The variation in diagnostic performance between farmers demonstrated that some farmers have a poor diagnostic ability. Studies of factors explaining such differences between farmers could form a basis for identifying or predicting farmers who need increased supervision or clinical training. In the current study, the number of years working with pigs was the only co-variable associated with the farmers’ diagnostic performance, and the effect was low. The less experienced farmers had a diagnostic performance comparable to that of veterinarians, while the more experienced farmers actually had a poorer diagnostic ability and were more reluctant to assess faecal pools as diarrhoeic. A similar effect of increasing experience has previously been reported to be associated with diagnostic performance of lameness in cattle . A possible explanation could be that less experienced personnel have been trained more recently by veterinarians in making clinical diagnoses.
A potential factor not investigated in the current study is the effect of farm prevalence of clinical signs. Farmers may adapt to the level of a disease. In that way, farmers from high diarrhoea prevalence farms may be more reluctant to classify a pig as being diarrhoeic. However, this aspect needs to be confirmed.
Another aspect that needs further consideration is that it has previously been demonstrated that decisions relating to the treatment of animals are dependent on factors other than the simple assessment of clinical signs .
On-farm examination of faecal pools would be preferable to the pictures used in this study. However, faecal pools are difficult to preserve over longer periods of time, and therefore the inclusion of larger numbers of observers would be impossible. We used digital pictures of faecal pools in order to include a larger number of observers so the study would be more representative. The digital pictures were used as a proxy for real faecal pools similar to the evaluation of inter-observer agreement in relation to the assessment of faeces in human medicine . The use of digital pictures has been evaluated most intensively in dermatology. In dermatology, the examination of digital pictures has a high level of agreement compared with the physical examination of dermatological lesions . Furthermore, the application of digital pictures has been reported to reduce bias more than physical examination in dermatological studies .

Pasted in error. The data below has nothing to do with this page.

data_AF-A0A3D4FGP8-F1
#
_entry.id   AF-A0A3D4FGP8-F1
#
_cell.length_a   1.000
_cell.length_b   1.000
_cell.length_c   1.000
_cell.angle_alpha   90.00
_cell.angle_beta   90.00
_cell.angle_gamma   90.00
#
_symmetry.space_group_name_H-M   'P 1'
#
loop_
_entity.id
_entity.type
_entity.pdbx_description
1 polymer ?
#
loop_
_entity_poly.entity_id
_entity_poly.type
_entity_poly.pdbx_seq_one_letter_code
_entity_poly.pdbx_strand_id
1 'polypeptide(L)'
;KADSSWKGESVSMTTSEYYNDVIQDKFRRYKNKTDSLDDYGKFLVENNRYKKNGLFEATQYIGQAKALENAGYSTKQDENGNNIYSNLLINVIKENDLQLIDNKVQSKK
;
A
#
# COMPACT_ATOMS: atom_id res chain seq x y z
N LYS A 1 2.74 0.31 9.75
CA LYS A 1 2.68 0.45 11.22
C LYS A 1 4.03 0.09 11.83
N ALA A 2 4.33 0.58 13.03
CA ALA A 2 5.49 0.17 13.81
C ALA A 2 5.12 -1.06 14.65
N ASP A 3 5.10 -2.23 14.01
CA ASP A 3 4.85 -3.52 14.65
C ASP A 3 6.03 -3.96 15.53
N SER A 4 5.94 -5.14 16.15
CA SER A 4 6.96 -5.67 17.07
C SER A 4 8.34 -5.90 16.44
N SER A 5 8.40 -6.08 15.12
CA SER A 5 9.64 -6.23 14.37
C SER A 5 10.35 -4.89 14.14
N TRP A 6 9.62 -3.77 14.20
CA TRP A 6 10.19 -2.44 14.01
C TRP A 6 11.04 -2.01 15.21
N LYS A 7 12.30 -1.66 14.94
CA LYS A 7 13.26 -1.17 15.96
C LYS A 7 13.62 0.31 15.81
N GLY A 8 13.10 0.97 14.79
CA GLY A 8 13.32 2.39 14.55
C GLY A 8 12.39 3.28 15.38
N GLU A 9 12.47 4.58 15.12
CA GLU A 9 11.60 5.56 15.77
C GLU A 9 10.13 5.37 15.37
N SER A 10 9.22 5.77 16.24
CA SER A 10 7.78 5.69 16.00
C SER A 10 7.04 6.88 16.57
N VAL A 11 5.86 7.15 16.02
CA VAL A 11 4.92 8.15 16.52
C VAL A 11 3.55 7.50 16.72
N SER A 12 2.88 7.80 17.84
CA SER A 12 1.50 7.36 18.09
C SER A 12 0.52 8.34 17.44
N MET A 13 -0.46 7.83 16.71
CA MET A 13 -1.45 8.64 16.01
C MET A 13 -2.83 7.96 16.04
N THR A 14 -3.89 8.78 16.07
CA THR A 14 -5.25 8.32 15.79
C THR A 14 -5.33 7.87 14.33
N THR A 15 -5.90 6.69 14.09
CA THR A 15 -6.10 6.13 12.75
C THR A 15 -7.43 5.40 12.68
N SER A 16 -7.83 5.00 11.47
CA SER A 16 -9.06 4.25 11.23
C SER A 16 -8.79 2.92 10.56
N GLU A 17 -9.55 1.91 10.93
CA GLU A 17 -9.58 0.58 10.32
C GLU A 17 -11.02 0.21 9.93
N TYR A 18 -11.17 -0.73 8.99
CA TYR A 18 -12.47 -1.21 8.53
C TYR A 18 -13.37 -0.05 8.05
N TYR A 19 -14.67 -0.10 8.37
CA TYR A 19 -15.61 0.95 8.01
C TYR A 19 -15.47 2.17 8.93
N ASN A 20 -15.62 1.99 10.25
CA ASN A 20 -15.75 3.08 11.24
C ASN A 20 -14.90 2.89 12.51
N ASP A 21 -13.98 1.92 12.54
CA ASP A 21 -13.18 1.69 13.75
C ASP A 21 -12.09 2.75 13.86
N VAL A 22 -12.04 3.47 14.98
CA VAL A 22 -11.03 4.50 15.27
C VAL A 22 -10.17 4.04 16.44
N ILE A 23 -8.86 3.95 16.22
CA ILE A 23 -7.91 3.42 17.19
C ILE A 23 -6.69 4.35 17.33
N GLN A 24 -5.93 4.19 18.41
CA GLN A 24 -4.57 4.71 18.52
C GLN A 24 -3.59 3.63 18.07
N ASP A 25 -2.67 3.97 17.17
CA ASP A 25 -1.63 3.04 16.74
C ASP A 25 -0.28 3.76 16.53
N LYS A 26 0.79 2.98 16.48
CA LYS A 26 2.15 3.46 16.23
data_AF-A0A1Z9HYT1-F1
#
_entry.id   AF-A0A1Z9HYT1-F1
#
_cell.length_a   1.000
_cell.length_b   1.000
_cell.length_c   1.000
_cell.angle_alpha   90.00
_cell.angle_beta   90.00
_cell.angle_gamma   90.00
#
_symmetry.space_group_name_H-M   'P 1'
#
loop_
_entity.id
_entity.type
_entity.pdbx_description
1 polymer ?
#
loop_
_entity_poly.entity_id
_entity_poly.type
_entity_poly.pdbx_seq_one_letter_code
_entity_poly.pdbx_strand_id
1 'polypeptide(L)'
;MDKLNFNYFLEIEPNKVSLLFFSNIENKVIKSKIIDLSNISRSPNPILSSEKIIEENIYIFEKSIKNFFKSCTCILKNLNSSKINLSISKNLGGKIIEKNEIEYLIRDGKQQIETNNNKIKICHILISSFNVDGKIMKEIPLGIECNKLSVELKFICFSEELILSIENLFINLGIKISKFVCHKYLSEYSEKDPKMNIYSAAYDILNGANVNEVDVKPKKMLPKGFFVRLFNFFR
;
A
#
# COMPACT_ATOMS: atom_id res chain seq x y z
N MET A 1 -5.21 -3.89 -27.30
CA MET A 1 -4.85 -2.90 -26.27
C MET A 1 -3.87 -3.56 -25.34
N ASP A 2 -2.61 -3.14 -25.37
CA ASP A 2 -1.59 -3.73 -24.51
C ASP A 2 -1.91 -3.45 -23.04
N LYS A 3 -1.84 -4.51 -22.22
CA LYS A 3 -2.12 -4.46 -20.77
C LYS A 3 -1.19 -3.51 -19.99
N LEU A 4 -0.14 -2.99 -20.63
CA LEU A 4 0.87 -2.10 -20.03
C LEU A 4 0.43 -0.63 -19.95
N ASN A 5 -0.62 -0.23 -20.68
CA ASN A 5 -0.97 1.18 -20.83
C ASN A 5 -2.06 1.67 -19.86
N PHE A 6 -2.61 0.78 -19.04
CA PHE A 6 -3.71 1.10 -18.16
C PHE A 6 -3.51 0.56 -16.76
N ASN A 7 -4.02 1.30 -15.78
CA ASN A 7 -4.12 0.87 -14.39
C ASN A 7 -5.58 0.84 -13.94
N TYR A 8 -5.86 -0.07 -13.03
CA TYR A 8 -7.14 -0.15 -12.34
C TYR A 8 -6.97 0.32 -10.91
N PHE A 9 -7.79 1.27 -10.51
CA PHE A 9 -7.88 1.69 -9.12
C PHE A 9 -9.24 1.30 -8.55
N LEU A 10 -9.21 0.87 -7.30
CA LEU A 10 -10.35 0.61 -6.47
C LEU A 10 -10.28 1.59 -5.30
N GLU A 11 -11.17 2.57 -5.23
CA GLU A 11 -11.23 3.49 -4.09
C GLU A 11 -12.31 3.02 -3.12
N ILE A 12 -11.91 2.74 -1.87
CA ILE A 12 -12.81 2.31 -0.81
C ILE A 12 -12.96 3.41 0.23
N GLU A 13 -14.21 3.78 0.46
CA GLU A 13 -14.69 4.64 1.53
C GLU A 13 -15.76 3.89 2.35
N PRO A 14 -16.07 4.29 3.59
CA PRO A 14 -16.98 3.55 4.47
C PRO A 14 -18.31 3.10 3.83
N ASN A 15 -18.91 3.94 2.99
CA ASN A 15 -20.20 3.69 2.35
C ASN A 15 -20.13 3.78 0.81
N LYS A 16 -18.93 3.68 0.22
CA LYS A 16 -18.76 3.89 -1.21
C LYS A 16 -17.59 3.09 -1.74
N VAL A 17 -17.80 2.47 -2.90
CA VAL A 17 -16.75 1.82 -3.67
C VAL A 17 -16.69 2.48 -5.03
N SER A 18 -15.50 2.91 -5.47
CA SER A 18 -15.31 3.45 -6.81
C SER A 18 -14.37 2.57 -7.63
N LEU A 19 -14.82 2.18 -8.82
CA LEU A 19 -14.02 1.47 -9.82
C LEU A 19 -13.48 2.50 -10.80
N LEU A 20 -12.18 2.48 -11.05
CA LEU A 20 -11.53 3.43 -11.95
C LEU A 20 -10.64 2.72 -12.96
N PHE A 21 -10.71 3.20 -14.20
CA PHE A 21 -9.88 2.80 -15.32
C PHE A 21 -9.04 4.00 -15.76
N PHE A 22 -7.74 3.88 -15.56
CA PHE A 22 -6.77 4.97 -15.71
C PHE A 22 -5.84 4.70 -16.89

All faecal samples were collected from the same herd. Theoretically, this could have increased or decreased the observed agreements if faecal samples from the selected herd had a unique consistency or appearance. This bias is highly unlikely, since inter-observer agreement and observer accuracy for the assessment of faecal consistency in nursery pigs have been demonstrated to be consistent between herds [9, 19].